It is truly valuable that you bring up the issue of accuracy so that more people know that the figure are debated and highly suspect, even while the advocacy, the support and assistance intended by the intervention is likely to still be necessary. It would indeed be truly saddening if this effort to help was causing harm. I have read of other circumstances in which that has been true. Open conversations and sharing multiple points of view can help to prevent that, or stop it when it occurs.
In healthcare when we have a clinical problem for which there is insufficient evidence, we go ahead and use best judgment to do what we can to help the patient. I think that is what people are trying to do here.

Christians have a saying about roads paved with good intentions. By all means lets have good intentions - but lets have them with our brains engaged too.

eg. in medicine you try to choose treatments from the range that have some connection to the problem being treated - witness cot-death action in New Zealand: while research was underway, medical professionals were advising new parents on prevention strategies. The strategies were revised as new information came in about the prevailance and likely causes. Ineffective strategies were discarded. Obvious quackery was discarded early.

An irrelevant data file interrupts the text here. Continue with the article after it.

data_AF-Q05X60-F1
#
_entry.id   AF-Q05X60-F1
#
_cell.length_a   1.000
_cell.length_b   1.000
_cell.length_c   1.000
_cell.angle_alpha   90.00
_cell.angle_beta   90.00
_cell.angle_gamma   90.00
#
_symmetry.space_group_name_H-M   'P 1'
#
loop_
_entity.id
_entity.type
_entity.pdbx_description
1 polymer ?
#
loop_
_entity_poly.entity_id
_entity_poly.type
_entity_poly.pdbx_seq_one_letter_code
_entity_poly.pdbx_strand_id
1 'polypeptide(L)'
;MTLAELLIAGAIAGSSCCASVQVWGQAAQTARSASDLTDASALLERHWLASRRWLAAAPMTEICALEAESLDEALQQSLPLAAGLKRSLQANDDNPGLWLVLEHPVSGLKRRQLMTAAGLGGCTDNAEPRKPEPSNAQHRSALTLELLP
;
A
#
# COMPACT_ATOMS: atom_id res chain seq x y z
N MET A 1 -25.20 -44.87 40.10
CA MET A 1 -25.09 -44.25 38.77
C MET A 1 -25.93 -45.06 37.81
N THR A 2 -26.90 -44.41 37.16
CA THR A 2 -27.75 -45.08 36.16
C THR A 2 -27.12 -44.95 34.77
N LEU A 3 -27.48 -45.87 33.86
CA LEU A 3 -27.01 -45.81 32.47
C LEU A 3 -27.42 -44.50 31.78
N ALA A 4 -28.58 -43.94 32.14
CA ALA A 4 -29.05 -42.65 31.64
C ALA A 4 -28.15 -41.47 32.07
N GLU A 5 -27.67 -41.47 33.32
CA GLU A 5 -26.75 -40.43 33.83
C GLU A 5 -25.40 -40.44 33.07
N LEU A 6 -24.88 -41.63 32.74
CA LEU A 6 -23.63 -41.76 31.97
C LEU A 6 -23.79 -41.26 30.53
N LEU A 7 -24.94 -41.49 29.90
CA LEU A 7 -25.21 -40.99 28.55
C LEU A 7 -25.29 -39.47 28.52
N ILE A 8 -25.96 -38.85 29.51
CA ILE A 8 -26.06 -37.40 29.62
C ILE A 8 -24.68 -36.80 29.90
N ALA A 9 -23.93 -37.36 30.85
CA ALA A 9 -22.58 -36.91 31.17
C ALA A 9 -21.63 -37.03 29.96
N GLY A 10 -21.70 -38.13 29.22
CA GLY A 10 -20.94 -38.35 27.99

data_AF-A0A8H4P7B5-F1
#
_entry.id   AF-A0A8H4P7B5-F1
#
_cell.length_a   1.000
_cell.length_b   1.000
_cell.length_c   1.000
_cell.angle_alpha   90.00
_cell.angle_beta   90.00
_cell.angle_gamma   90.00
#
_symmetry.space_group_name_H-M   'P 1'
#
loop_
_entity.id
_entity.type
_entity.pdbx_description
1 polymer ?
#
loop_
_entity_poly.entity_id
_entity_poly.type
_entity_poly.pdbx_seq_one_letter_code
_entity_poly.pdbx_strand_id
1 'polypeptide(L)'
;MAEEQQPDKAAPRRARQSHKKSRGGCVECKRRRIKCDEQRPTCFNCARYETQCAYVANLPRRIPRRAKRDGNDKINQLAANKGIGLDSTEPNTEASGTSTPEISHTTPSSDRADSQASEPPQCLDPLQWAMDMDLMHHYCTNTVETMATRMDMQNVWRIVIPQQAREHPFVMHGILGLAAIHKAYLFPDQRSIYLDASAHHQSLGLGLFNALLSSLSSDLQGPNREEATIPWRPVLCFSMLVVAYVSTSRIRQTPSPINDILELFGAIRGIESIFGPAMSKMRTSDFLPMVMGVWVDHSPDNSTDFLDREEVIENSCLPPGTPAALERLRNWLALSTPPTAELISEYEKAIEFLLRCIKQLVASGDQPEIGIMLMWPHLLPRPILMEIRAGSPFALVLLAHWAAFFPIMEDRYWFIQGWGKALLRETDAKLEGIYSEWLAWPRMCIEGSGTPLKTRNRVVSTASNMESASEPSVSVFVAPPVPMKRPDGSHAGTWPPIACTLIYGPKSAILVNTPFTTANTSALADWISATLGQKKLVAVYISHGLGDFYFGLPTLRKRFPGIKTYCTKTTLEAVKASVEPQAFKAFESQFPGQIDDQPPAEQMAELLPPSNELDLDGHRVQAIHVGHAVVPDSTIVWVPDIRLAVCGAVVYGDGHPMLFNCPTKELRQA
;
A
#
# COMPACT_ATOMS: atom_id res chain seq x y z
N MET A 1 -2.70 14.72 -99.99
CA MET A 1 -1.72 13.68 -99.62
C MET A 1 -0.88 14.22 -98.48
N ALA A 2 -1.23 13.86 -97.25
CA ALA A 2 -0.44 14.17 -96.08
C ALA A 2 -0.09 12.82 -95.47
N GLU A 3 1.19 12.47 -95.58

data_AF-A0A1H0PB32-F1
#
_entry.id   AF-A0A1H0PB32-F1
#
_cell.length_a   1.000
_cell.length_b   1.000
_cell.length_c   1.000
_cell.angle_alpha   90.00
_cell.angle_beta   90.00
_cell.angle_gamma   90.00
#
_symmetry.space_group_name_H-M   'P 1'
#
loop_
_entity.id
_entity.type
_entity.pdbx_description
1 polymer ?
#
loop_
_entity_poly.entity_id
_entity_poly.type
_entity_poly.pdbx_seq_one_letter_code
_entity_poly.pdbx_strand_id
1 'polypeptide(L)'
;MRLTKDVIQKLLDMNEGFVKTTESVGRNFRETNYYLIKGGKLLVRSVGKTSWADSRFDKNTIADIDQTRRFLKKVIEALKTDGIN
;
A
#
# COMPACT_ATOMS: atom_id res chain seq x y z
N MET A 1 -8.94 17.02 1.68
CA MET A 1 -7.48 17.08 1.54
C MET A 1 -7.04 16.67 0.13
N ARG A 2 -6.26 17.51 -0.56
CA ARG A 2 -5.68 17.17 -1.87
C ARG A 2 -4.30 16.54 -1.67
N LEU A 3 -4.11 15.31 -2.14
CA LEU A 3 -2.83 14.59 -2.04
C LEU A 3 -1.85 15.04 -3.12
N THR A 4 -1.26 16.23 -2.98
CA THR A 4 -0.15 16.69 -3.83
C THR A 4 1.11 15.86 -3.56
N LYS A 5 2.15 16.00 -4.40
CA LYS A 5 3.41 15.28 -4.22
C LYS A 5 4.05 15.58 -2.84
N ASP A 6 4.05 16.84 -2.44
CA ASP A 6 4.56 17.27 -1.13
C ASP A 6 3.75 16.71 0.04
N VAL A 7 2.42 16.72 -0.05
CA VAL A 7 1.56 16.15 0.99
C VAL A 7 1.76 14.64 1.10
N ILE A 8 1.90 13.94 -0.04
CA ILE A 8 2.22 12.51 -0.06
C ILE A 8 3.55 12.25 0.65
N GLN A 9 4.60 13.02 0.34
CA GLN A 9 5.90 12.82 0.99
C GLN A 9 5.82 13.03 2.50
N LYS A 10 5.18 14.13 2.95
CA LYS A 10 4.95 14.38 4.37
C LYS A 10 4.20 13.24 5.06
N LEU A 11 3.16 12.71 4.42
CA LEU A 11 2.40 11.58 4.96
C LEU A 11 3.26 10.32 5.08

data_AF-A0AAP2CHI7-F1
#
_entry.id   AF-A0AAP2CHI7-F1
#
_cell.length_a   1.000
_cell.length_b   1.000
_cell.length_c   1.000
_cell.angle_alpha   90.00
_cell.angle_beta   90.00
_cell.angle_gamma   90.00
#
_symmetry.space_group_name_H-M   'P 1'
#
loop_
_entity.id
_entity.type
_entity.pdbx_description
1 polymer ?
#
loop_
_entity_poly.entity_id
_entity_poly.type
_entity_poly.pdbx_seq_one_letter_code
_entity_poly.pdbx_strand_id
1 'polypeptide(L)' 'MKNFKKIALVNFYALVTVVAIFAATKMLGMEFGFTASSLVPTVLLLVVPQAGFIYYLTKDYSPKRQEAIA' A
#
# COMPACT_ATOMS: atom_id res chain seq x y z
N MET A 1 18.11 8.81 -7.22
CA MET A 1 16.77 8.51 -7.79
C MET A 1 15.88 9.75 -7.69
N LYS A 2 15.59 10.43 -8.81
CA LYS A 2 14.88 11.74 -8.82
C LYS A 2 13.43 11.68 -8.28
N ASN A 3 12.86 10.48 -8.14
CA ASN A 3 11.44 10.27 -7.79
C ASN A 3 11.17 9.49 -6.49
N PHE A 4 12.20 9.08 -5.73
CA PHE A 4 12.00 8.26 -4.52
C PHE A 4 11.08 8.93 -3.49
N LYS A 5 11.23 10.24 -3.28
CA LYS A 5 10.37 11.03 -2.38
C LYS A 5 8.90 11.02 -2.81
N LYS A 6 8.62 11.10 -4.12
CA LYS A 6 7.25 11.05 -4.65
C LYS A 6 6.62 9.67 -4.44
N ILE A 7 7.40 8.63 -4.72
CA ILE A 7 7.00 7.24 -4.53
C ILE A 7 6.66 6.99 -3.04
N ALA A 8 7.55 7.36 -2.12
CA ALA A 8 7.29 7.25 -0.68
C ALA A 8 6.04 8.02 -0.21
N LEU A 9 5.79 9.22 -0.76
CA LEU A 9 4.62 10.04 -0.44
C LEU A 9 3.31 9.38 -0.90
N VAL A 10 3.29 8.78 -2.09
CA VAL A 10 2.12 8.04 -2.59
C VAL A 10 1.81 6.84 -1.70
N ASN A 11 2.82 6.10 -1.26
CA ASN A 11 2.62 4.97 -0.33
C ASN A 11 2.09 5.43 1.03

Anti-trafficking efforts have been around decades now.
Inflated figures have been a characteristic. Usually these figures are easily debunked but the next round of figures circulating is even more inflated ... the figures which should be improving with time are getting worse!

Beyond the figures is a gross mischaracterization of the problem. For instance, someone entering the USA as a laborer is considered a migrant but if that labor is in the sex industry suddenly they have been trafficked (DOJ - refs supplied prev in thread).

As a result, measures enacted to oppose trafficking (mass brothel raids for eg) are demonstrably ineffective against trafficking, and yet continue to be used rather than discarded.